Conditional genetic labeling of the Renshaw cell population for functional studies of motor control
(English)Manuscript (preprint) (Other academic)
The Renshaw cells were among the first interneurons to be characterized in the mammalian spinal cord. Although the basic function of recurrent inhibition to motor neurons, as well as the Renshaw cell connectivity to other neurons have been thoroughly studied, the exact functional role of the Renshaw cells in motor control is still unknown. To further characterize the role of Renshaw cells in spinal cord circuitry, we searched for candidate genes useful in the Cre-loxP system. It has been reported that the mRNA expression of nicotinic cholinergic receptor alpha 2 (Chrna2) is found in a restricted number of cells at the ventral rim in adult rat and mouse spinal cord. In our own search for genes with distinct ventral expression, we noted a similar restricted Chrna2 mRNA expression pattern in the mouse spinal cord at postnatal day (P) 11 and during development at embryonic day 14.5. Based on the fact that the gene product is a cholinergic receptor and the pattern of expression, the neurons are predicted to be Renshaw cells. The possibility that these cells were motor neurons was excluded, since Chrna2 and Vesicular acetylcholine were not co-expressed at P11. To further study this cell population, we have generated a transgenic mouse expressing Cre recombinase (Cre) under the control of the Chrna2 promoter region. To visualize the Cre-expressing cells, the Chrna2-Cre transgenic mouse were bred with a reporter mouse expressing β-galactosidase (β-gal) in the nucleus after loxP excision. As expected, spinal cord β-gal immunoreactivity was observed in a limited number of ventrally located cells in the Cre-bearing offspring. Co-labeling of β-gal with calbindin-28K, a known marker for Renshaw cells, indicated that a majority of the calbindin positive cells were also β-gal positive at the ventral rim where calbindin is specific. In addition, β-gal positive cells without observable calbindin were also detected. It is conceivable that Chrna2 is expressed in additional cells apart from Renshaw cells or that a previously unidentified Renshaw cell subpopulation does not express calbindin. Nonetheless, a mouse with Cre-activity restricted to Chrna2-expressing cells opens the possibility to functionally study a limited population of spinal cord interneurons through genetic techniques, with the ambition to explore the specific role of Renshaw cells in spinal cord circuitry and motor control.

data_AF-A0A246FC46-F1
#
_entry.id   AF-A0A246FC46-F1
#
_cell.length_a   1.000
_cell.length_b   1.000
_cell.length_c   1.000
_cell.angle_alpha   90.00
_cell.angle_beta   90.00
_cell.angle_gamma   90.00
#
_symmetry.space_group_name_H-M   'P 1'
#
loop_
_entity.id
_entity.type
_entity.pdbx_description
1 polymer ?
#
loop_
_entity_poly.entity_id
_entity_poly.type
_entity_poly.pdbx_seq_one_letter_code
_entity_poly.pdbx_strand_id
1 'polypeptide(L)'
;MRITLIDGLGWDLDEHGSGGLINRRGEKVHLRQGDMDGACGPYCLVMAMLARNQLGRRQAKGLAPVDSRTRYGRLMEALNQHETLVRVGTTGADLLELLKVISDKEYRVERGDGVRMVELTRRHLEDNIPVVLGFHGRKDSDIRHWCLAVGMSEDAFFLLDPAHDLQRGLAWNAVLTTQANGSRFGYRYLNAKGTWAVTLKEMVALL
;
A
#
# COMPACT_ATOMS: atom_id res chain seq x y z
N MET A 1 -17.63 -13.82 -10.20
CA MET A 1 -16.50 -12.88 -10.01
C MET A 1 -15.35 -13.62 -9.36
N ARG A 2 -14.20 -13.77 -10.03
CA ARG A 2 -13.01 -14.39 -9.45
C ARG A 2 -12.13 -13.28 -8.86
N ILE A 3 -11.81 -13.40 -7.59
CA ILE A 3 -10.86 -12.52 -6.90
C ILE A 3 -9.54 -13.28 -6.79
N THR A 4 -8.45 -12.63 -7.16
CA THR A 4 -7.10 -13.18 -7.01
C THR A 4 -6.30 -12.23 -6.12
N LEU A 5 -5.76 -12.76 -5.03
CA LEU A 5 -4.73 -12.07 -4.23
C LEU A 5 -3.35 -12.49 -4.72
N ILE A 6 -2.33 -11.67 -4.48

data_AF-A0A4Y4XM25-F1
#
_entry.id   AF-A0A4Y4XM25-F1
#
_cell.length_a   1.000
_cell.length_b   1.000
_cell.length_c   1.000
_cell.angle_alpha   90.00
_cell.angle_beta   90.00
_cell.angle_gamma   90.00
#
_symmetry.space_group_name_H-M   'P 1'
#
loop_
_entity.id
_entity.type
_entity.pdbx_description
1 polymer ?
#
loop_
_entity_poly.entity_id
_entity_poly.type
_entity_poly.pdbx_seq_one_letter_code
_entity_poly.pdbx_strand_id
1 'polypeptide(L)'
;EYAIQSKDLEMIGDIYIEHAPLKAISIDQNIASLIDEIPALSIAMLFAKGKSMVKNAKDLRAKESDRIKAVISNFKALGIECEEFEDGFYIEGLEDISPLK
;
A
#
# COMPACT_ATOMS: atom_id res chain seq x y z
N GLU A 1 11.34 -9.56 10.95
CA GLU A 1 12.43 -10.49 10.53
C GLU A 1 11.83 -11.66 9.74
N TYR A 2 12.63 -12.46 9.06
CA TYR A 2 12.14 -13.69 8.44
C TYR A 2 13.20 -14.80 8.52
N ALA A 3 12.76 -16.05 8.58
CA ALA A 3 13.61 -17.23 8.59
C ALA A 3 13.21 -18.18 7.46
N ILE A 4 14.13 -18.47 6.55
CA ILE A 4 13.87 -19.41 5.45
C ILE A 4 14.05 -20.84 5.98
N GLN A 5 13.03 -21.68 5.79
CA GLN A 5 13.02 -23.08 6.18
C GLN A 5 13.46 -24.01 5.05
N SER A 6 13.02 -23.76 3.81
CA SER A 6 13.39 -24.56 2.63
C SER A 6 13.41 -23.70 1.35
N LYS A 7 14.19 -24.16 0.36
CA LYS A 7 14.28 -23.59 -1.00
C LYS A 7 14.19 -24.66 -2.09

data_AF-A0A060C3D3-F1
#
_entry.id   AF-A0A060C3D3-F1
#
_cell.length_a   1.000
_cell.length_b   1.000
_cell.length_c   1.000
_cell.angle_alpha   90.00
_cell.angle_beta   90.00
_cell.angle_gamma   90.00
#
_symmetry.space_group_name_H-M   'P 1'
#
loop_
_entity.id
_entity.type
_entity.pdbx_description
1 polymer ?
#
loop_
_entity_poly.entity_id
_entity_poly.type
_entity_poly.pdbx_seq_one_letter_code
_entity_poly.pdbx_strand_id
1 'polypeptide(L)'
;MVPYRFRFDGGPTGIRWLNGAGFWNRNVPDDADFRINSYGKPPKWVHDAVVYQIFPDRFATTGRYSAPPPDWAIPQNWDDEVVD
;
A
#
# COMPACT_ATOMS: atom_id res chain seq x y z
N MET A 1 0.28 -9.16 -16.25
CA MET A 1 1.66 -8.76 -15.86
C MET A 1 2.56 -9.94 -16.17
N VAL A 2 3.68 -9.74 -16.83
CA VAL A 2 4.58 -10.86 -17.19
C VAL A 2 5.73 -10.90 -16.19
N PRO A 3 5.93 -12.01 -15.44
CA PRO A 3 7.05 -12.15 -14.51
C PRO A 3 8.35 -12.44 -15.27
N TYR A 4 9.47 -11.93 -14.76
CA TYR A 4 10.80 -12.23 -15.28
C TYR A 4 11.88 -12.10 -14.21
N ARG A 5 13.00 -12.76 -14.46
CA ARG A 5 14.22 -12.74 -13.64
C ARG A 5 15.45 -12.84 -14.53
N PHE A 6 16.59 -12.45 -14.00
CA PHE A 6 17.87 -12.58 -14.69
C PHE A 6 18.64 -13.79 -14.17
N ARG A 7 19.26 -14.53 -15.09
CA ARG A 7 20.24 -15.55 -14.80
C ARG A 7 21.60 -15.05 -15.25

Renshaw cells, Spinal cord, Mouse, Nicotinic receptors, Cre recombinase
Cell and Molecular Biology Physiology Neurosciences
Research subject Developmental Neurosciences; Molecular Biology
IdentifiersURN: urn:nbn:se:uu:diva-109917OAI: oai:DiVA.org:uu-109917DiVA: diva2:274578